./configure --enable-maintainer-mode --enable-dependency-tracking
checking build system type... x86_64-apple-darwin12.4.0
checking host system type... x86_64-apple-darwin12.4.0
checking how to print strings... printf
checking for gcc... gcc
checking whether the C compiler works... yes
checking for C compiler default output file name... a.out
checking for suffix of executables... 
checking whether we are cross compiling... no
checking for suffix of object files... o
checking whether we are using the GNU C compiler... yes
checking whether gcc accepts -g... yes
checking for gcc option to accept ISO C89... none needed
checking for a sed that does not truncate output... /sw/bin/sed
checking for grep that handles long lines and -e... /usr/bin/grep
checking for egrep... /usr/bin/grep -E
checking for fgrep... /usr/bin/grep -F
checking for ld used by gcc... /usr/llvm-gcc-4.2/libexec/gcc/i686-apple-darwin11/4.2.1/ld
checking if the linker (/usr/llvm-gcc-4.2/libexec/gcc/i686-apple-darwin11/4.2.1/ld) is GNU ld... no
checking for BSD- or MS-compatible name lister (nm)... /usr/bin/nm
checking the name lister (/usr/bin/nm) interface... BSD nm
checking whether ln -s works... yes
checking the maximum length of command line arguments... 196608
checking whether the shell understands some XSI constructs... yes
checking whether the shell understands "+="... yes
checking how to convert x86_64-apple-darwin12.4.0 file names to x86_64-apple-darwin12.4.0 format... func_convert_file_noop
checking how to convert x86_64-apple-darwin12.4.0 file names to toolchain format... func_convert_file_noop
checking for /usr/llvm-gcc-4.2/libexec/gcc/i686-apple-darwin11/4.2.1/ld option to reload object files... -r
checking for objdump... no
checking how to recognize dependent libraries... pass_all
checking for dlltool... no
checking how to associate runtime and link libraries... printf %s\n
checking for ar... ar
checking for archiver @FILE support... no
checking for strip... strip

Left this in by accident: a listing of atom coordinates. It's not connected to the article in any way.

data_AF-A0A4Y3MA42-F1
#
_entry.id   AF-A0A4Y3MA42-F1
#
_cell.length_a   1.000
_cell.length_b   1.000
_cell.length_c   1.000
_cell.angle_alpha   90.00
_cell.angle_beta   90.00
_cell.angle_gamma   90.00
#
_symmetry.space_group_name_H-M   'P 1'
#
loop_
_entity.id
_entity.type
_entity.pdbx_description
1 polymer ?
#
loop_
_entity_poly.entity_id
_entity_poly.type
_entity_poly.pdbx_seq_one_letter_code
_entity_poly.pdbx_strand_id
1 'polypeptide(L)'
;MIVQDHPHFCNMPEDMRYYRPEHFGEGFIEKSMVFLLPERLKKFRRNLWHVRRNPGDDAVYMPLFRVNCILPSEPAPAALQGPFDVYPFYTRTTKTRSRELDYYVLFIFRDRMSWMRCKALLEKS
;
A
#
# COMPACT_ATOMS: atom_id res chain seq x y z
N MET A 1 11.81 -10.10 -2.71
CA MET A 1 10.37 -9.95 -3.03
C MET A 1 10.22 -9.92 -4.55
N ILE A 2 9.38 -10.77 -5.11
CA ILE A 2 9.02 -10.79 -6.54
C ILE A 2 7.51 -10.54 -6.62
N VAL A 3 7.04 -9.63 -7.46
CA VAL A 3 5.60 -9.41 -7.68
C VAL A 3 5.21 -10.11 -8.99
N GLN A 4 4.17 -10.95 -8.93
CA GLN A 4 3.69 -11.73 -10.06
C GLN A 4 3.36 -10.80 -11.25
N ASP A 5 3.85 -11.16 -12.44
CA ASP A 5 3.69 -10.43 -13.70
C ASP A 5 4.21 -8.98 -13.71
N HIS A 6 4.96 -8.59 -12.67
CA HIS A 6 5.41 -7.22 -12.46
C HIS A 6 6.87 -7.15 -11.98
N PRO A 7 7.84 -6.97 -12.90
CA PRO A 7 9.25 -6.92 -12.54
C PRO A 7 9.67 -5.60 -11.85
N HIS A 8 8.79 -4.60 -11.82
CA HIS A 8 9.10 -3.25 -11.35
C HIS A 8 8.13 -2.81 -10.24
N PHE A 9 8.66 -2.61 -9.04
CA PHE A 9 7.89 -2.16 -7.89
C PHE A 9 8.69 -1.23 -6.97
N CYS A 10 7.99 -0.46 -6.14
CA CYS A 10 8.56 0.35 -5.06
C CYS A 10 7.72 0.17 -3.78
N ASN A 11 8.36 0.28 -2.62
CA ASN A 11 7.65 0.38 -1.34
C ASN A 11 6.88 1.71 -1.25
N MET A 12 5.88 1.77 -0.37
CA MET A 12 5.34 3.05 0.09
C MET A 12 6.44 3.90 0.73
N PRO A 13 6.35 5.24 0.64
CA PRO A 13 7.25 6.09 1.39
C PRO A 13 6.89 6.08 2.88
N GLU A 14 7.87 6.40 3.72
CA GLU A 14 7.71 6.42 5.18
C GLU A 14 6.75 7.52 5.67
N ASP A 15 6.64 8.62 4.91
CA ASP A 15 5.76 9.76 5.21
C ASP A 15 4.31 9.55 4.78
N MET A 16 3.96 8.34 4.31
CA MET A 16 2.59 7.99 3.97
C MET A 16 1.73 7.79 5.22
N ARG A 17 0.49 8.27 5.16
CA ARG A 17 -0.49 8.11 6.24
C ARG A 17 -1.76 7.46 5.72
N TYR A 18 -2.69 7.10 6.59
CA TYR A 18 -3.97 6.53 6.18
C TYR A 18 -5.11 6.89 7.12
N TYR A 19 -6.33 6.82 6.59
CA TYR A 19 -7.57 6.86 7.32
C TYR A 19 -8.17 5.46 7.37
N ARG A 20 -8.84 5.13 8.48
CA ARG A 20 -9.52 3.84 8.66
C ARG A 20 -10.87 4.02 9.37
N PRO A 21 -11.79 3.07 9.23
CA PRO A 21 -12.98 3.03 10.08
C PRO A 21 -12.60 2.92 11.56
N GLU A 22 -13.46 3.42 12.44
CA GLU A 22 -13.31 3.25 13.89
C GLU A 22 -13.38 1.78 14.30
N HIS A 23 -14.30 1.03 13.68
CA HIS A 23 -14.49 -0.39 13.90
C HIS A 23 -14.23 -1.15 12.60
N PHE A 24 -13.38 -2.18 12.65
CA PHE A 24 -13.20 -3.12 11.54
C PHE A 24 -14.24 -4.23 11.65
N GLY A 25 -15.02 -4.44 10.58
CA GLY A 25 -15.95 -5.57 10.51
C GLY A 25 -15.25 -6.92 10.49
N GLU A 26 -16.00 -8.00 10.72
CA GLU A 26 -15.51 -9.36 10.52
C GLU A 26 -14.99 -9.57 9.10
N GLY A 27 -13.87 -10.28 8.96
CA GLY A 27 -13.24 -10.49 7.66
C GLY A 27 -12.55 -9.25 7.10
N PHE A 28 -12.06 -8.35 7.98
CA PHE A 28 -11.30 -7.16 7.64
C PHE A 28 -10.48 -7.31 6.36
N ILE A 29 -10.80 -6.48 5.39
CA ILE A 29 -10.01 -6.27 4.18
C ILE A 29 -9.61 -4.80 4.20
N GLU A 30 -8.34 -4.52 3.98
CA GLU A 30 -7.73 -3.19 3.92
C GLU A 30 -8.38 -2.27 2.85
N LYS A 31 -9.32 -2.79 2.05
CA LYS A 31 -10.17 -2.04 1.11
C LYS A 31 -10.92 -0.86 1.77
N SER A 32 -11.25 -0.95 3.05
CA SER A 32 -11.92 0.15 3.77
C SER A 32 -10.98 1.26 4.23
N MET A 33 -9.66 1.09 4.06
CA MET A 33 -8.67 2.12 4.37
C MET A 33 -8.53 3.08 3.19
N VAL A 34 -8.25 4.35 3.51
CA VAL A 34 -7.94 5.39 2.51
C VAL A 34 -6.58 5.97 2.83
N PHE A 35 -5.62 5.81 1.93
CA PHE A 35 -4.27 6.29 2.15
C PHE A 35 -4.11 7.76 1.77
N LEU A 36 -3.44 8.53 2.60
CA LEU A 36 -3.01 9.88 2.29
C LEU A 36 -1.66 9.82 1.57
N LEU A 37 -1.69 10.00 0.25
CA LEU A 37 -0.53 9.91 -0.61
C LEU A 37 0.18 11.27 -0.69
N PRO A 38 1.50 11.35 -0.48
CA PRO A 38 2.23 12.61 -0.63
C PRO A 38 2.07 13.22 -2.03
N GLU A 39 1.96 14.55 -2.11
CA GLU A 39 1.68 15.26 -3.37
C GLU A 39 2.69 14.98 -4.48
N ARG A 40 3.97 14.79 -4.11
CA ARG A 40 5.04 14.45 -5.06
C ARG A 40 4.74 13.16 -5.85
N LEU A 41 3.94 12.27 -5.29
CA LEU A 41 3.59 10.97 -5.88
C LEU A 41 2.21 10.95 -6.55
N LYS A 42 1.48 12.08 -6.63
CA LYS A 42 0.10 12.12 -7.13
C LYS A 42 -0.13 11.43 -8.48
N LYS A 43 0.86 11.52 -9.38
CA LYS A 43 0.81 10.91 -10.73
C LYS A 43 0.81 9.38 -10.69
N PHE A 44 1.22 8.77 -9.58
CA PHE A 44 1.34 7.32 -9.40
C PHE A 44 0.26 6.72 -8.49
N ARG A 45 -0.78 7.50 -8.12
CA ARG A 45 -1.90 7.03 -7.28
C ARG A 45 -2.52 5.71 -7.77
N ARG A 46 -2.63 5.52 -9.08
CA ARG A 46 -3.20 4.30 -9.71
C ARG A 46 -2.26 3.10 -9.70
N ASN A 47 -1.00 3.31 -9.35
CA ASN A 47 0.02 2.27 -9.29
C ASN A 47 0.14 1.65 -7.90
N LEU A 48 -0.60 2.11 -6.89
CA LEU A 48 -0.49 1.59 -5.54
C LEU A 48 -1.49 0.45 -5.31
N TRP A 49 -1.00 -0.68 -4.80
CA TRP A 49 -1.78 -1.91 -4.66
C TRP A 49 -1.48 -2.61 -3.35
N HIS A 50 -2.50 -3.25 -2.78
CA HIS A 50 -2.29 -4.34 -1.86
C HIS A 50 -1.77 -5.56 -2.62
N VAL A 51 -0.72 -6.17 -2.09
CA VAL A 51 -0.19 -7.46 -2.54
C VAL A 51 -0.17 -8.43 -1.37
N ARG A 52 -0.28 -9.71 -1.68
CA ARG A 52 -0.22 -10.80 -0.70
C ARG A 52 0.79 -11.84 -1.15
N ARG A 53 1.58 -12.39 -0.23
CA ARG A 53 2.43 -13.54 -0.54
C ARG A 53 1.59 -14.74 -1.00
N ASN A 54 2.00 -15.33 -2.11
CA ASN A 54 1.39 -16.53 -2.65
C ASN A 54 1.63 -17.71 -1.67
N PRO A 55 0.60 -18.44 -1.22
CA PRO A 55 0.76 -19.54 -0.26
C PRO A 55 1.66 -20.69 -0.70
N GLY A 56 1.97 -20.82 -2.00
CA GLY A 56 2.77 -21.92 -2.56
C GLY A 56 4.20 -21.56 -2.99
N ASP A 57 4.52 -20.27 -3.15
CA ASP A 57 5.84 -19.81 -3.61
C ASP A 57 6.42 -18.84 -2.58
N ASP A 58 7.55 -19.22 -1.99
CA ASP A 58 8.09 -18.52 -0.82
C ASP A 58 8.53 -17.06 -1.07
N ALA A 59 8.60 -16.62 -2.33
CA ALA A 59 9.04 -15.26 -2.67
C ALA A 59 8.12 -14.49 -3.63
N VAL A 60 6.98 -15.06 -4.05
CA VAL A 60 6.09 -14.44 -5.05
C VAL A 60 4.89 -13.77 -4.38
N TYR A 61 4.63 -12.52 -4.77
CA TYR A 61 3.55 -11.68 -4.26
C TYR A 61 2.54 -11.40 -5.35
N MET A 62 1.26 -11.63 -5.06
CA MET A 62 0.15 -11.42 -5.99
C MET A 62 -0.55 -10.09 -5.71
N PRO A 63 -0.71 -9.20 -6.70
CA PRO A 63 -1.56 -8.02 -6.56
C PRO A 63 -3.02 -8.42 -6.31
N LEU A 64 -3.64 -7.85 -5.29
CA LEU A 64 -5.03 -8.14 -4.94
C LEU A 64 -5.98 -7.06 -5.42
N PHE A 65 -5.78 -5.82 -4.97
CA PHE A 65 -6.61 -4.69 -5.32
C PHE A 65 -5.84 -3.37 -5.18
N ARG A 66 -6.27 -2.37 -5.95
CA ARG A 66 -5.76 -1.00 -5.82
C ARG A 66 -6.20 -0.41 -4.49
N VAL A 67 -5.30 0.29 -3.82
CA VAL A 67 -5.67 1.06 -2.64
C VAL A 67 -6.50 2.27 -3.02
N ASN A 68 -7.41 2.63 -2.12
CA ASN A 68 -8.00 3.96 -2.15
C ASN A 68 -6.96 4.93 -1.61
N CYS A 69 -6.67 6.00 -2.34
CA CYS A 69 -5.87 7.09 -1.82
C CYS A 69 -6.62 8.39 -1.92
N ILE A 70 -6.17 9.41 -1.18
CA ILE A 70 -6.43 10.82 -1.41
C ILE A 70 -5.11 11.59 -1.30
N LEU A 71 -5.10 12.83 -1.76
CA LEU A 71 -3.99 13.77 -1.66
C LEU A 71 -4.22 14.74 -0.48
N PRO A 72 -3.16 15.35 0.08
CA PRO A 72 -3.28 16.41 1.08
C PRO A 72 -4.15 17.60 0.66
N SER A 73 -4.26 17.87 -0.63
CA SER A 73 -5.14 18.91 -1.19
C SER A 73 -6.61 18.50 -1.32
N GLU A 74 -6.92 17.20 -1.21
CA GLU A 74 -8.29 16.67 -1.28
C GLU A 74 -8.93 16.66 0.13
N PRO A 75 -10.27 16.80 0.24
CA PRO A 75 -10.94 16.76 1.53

checking for ranlib... ranlib
checking for gawk... gawk
checking command to parse /usr/bin/nm output from gcc object... ok
checking for sysroot... no
checking for mt... no


checking how to run the C++ preprocessor... g++ -E
checking for ld used by g++... /usr/llvm-gcc-4.2/libexec/gcc/i686-apple-darwin11/4.2.1/ld
checking if the linker (/usr/llvm-gcc-4.2/libexec/gcc/i686-apple-darwin11/4.2.1/ld) is GNU ld... no
checking whether the g++ linker (/usr/llvm-gcc-4.2/libexec/gcc/i686-apple-darwin11/4.2.1/ld) supports shared libraries... yes
checking for g++ option to produce PIC... -fno-common -DPIC
checking if g++ PIC flag -fno-common -DPIC works... yes
checking if g++ static flag -static works... no
checking if g++ supports -c -o file.o... yes
checking if g++ supports -c -o file.o... (cached) yes
checking whether the g++ linker (/usr/llvm-gcc-4.2/libexec/gcc/i686-apple-darwin11/4.2.1/ld) supports shared libraries... yes
checking dynamic linker characteristics... darwin12.4.0 dyld
checking how to hardcode library paths into programs... immediate
checking dependency style of g++... gcc3
checking that generated files are newer than configure... done
configure: creating ./config.status
config.status: creating Makefile
config.status: creating config.h
config.status: executing libtool commands
config.status: executing depfiles commands


simple 1.0 will be installed in: /usr/local
Use shared libs: yes

make  all-am
/bin/sh ./libtool --tag=CXX   --mode=compile g++ -DHAVE_CONFIG_H -I.     -g -O2 -MT simple.lo -MD -MP -MF .deps/simple.Tpo -c -o simple.lo simple.cc
libtool: compile:  g++ -DHAVE_CONFIG_H -I. -g -O2 -MT simple.lo -MD -MP -MF .deps/simple.Tpo -c simple.cc  -fno-common -DPIC -o .libs/simple.o
libtool: compile:  g++ -DHAVE_CONFIG_H -I. -g -O2 -MT simple.lo -MD -MP -MF .deps/simple.Tpo -c simple.cc -o simple.o >/dev/null 2>&1
mv -f .deps/simple.Tpo .deps/simple.Plo
/bin/sh ./libtool --tag=CXX   --mode=link g++  -g -O2 -no-undefined -version-info 0:0:0  -o libsimple.la -rpath /usr/local/lib simple.lo  
libtool: link: g++ -dynamiclib  -o .libs/libsimple.0.dylib  .libs/simple.o    -O2   -install_name  /usr/local/lib/libsimple.0.dylib -compatibility_version 1 -current_version 1.0 -Wl,-single_module
libtool: link: (cd ".libs" && rm -f "libsimple.dylib" && ln -s "libsimple.0.dylib" "libsimple.dylib")
libtool: link: ar cru .libs/libsimple.a  simple.o
libtool: link: ranlib .libs/libsimple.a
libtool: link: ( cd ".libs" && rm -f "libsimple.la" && ln -s "../libsimple.la" "libsimple.la" )
g++ -DHAVE_CONFIG_H -I.     -g -O2 -MT simple_prog.o -MD -MP -MF .deps/simple_prog.Tpo -c -o simple_prog.o simple_prog.cc
mv -f .deps/simple_prog.Tpo .deps/simple_prog.Po
/bin/sh ./libtool --tag=CXX   --mode=link g++  -g -O2   -o simple_prog simple_prog.o simple.lo 
libtool: link: g++ -g -O2 -o simple_prog simple_prog.o .libs/simple.o -Wl,-bind_at_load
Now the results:
otool -L simple_prog
	/usr/lib/libstdc++.6.dylib (compatibility version 7.0.0, current version 56.0.0)
	/usr/lib/libSystem.B.dylib (compatibility version 1.0.0, current version 169.3.0)
Hello world from a lib
ls -l .libs/
total 144
-rwxr-xr-x  1 schwehr  5000   9508 Jun 30 19:20 libsimple.0.dylib
-rw-r--r--  1 schwehr  5000  23376 Jun 30 19:20 libsimple.a
lrwxr-xr-x  1 schwehr  5000     17 Jun 30 19:20 libsimple.dylib -> libsimple.0.dylib
lrwxr-xr-x  1 schwehr  5000     15 Jun 30 19:20 libsimple.la -> ../libsimple.la
-rw-r--r--  1 schwehr  5000    922 Jun 30 19:20 libsimple.lai
-rw-r--r--  1 schwehr  5000  23184 Jun 30 19:20 simple.o